Chat rooms, such as IRC and MSN, are prevalent on theInternet, as are peer-to-peer (P2P) networks such as Gnutella,BitTorrent, and EDonkey. Chat rooms allow geographicallydistant riends to interact with each other. However, pedo-philes and terrorists also use them to plan their activities.In act, chat rooms enable transormation o previouslydisorganized criminal activity into organized activity byproviding a medium or criminals to interact around theworld. Even more critically, most chat rooms allow usersto assume any identity, hence acilitating criminals in theirillegal activities. In many cases, pedophile rings use multipleonline personas and share them so that various culprits cangroom potential victims at dierent times.Similarly, although P2P networks acilitate media shar-ing—or instance, the Norwegian broadcaster NRK oerspopular shows via BitTorrent—they are also notorious orillegal sharing o copyrighted material or illegal porno-graphic material. A 2006 study discovered that 1.6 percento searches and 2.4 percent o responses on the GnutellaP2P network relate to illegal sexual content.
2
Given thescale o the Gnutella network and its user base, and theact that the study only covered a portion o the network,this implies that on the Gnutella network alone hundredsor thousands o searches or illegal sexual content occurevery second. The study also revealed a trend toward coredistributors o illegal sexual media: O those users shar-
The dual-use dilemma arises as aconsequence of the fact that the samepiece of scientific research sometimeshas the potential to be used for harmas well as for good.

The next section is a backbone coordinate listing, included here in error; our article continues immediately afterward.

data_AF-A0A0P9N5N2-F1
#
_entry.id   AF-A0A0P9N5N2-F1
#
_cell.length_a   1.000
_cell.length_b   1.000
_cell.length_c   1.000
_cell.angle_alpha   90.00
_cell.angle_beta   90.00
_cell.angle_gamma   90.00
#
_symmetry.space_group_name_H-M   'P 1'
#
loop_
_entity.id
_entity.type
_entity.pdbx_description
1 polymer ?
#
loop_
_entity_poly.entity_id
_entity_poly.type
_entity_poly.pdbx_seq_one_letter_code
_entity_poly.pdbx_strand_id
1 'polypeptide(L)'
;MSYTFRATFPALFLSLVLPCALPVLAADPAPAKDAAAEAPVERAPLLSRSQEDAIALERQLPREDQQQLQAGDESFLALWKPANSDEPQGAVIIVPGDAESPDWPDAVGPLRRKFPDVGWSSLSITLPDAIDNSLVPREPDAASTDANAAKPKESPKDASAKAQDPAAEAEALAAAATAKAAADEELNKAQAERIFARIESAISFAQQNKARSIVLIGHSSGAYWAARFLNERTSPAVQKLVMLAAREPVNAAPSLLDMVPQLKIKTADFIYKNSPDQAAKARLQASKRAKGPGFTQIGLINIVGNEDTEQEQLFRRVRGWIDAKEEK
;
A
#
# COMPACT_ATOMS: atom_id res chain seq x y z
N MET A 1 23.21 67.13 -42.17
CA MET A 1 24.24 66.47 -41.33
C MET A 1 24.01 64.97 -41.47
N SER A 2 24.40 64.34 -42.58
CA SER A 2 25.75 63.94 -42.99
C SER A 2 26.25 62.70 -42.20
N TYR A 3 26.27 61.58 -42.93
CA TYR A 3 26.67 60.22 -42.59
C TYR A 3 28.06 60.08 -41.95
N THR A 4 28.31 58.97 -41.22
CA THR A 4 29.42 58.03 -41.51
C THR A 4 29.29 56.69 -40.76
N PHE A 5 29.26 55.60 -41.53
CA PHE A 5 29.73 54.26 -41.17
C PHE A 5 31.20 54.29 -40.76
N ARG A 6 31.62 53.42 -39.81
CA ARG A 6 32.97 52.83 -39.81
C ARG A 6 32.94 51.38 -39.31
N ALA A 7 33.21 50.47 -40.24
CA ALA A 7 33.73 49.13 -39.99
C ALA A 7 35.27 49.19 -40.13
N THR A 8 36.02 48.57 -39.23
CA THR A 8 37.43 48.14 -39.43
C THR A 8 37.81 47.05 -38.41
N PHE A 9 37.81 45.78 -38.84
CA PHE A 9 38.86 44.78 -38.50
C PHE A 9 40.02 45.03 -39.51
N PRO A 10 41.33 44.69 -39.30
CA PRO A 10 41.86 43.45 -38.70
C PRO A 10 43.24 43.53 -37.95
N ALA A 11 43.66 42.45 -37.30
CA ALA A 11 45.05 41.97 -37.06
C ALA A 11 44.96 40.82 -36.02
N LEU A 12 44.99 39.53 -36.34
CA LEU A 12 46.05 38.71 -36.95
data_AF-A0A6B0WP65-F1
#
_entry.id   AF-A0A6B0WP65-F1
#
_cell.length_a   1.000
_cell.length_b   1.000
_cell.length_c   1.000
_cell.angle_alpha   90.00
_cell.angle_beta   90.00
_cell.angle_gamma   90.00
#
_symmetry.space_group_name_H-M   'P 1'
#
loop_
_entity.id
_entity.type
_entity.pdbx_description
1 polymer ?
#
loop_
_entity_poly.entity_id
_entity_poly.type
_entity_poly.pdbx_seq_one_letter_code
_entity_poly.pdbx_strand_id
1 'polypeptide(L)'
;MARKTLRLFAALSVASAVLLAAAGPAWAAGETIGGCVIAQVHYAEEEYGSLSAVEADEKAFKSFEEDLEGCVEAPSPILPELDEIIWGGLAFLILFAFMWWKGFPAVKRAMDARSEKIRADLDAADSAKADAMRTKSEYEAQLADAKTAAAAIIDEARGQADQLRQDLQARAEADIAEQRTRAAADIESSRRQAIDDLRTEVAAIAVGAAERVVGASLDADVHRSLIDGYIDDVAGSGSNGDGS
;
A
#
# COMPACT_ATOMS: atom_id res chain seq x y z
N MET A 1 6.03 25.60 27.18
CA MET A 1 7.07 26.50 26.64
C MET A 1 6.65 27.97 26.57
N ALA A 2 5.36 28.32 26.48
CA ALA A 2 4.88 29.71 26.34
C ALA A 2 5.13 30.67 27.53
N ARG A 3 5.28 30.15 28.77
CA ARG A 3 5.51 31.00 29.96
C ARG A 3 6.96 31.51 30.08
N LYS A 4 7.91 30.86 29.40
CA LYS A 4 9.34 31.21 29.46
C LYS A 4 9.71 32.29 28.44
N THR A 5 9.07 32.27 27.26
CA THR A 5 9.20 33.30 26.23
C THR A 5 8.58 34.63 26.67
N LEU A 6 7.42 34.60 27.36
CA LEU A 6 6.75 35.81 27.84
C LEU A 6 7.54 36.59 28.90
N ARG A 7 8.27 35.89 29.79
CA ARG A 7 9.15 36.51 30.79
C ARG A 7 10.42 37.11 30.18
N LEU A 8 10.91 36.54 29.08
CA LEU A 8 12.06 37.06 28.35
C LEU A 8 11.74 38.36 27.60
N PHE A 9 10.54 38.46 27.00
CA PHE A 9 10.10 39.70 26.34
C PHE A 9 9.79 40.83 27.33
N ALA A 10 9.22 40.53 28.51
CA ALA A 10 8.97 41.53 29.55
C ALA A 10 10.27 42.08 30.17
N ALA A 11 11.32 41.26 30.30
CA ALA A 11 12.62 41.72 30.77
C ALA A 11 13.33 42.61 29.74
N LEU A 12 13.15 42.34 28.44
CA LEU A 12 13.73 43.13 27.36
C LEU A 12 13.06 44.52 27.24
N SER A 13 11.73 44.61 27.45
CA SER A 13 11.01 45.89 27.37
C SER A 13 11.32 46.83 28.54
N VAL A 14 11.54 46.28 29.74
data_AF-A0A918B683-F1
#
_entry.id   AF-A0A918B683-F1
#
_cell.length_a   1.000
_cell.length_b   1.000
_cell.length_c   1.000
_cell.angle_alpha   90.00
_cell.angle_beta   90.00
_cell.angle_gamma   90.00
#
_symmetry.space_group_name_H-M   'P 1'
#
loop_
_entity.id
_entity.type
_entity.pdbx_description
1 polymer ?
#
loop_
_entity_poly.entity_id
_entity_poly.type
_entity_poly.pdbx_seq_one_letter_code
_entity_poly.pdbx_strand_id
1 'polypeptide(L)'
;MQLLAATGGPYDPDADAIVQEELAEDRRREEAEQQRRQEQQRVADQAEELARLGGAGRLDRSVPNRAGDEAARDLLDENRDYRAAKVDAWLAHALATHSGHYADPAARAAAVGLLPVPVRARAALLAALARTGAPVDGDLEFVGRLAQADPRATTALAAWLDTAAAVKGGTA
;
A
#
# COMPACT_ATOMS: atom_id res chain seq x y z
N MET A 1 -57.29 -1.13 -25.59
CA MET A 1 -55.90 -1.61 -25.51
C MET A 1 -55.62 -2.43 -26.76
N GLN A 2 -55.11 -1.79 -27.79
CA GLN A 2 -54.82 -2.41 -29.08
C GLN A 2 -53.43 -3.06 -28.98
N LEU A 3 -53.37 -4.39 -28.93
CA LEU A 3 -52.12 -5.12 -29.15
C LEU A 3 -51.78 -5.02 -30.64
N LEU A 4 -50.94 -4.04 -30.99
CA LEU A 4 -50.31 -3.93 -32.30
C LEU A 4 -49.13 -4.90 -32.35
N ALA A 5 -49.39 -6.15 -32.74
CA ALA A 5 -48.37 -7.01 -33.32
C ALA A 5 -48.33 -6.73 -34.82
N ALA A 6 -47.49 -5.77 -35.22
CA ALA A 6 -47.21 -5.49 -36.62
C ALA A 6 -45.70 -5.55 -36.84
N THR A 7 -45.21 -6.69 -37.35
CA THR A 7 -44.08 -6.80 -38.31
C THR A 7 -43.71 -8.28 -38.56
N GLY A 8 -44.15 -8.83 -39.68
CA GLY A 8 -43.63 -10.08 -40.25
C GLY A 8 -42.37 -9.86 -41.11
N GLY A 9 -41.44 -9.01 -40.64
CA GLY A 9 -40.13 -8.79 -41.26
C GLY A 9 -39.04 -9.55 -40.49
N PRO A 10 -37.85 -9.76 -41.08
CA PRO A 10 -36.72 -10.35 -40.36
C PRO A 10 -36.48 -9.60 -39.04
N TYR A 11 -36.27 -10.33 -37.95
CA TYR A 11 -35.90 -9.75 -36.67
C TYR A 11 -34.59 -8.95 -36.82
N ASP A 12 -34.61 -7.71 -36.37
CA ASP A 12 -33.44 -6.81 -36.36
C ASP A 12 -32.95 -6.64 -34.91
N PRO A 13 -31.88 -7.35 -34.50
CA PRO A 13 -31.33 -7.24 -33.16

GUEST EDITORS’ INTRODUCTION
computer 
36
new services that should be designed to be attractive to theconsumer. However, there are concerns that the eatures o online gambling sites, or instance, that make the gamingexperience enjoyable are also the ones likely to cause harmto those at risk o gambling addiction. Similarly, there areconcerns that online role-playing games or shoot ’em upsimulations encourage violent behavior—a concern thathas been raised or a long time. Sotware designs or suchsystems must account or both an individual’s reedom tomake choices and the notion o common good.
Ctxtddt dt  tc
Ethical considerations are oten subject to, and perhapsdriven by, geographical, cultural, ethnic, religious, andeven historical standpoints. Taking images o nude chil-dren as an example, there are cases that would obviouslybe classied as child abuse or exploitative while otherswould be considered innocuous—or instance, amily pho-tographs o children playing in the bath. However, thereare cases where the boundary is not clear. For example,Tearney Gearon’s photographs o her children nude on thebeach wearing masks during a amily holiday led to anintense debate about whether these were pornographic.The cases where the ethical distinctions are clear areeasy to tackle, but where the boundaries are uzzy, subjectto the interpretation o specic communities, sotwareengineers ace a nontrivial challenge. How can these otenconficting interpretations be eectively managed in thedesign o relevant sotware systems?These challenges cannot be met by sotware engineersalone. Close collaboration is required with ethicists, law-makers, and social scientists. Good engineering practicescan solve some problems, but more diverse expertise isrequired or others. Perhaps this collaboration is yet an-other challenge.